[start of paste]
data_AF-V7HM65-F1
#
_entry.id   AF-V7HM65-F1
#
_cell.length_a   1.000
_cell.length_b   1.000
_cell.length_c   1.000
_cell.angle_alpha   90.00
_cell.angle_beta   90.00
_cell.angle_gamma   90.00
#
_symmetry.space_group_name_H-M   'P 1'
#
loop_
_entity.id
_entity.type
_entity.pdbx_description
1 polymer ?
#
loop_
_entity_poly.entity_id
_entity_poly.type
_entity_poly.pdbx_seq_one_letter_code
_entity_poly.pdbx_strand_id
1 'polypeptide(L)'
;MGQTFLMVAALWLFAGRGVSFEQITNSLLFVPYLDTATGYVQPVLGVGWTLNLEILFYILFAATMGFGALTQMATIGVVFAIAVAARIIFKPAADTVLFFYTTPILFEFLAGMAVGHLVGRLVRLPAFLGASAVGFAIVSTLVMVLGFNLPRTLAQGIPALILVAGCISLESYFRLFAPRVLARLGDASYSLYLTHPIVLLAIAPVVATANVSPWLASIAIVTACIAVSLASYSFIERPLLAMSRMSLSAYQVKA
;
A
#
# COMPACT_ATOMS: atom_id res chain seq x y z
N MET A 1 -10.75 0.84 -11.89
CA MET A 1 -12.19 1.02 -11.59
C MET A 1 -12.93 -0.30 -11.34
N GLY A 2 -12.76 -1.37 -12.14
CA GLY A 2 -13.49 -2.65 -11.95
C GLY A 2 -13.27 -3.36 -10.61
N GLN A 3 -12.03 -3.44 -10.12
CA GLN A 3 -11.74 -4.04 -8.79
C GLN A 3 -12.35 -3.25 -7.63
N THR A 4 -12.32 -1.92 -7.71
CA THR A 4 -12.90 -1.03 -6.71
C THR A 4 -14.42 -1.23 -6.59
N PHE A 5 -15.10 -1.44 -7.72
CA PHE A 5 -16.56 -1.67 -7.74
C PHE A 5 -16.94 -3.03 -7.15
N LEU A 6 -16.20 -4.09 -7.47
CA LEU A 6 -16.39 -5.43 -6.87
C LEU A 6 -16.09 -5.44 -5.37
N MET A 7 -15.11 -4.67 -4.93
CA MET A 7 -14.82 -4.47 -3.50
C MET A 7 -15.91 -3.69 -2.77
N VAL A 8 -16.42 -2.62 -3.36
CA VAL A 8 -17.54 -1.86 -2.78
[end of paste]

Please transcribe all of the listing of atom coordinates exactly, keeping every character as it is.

data_AF-V7HM65-F1
#
_entry.id   AF-V7HM65-F1
#
_cell.length_a   1.000
_cell.length_b   1.000
_cell.length_c   1.000
_cell.angle_alpha   90.00
_cell.angle_beta   90.00
_cell.angle_gamma   90.00
#
_symmetry.space_group_name_H-M   'P 1'
#
loop_
_entity.id
_entity.type
_entity.pdbx_description
1 polymer ?
#
loop_
_entity_poly.entity_id
_entity_poly.type
_entity_poly.pdbx_seq_one_letter_code
_entity_poly.pdbx_strand_id
1 'polypeptide(L)'
;MGQTFLMVAALWLFAGRGVSFEQITNSLLFVPYLDTATGYVQPVLGVGWTLNLEILFYILFAATMGFGALTQMATIGVVFAIAVAARIIFKPAADTVLFFYTTPILFEFLAGMAVGHLVGRLVRLPAFLGASAVGFAIVSTLVMVLGFNLPRTLAQGIPALILVAGCISLESYFRLFAPRVLARLGDASYSLYLTHPIVLLAIAPVVATANVSPWLASIAIVTACIAVSLASYSFIERPLLAMSRMSLSAYQVKA
;
A
#
# COMPACT_ATOMS: atom_id res chain seq x y z
N MET A 1 -10.75 0.84 -11.89
CA MET A 1 -12.19 1.02 -11.59
C MET A 1 -12.93 -0.30 -11.34
N GLY A 2 -12.76 -1.37 -12.14
CA GLY A 2 -13.49 -2.65 -11.95
C GLY A 2 -13.27 -3.36 -10.61
N GLN A 3 -12.03 -3.44 -10.12
CA GLN A 3 -11.74 -4.04 -8.79
C GLN A 3 -12.35 -3.25 -7.63
N THR A 4 -12.32 -1.92 -7.71
CA THR A 4 -12.90 -1.03 -6.71
C THR A 4 -14.42 -1.23 -6.59
N PHE A 5 -15.10 -1.44 -7.72
CA PHE A 5 -16.56 -1.67 -7.74
C PHE A 5 -16.94 -3.03 -7.15
N LEU A 6 -16.20 -4.09 -7.47
CA LEU A 6 -16.39 -5.43 -6.87
C LEU A 6 -16.09 -5.44 -5.37
N MET A 7 -15.11 -4.67 -4.93
CA MET A 7 -14.82 -4.47 -3.50
C MET A 7 -15.91 -3.69 -2.77
N VAL A 8 -16.42 -2.62 -3.36
CA VAL A 8 -17.54 -1.86 -2.78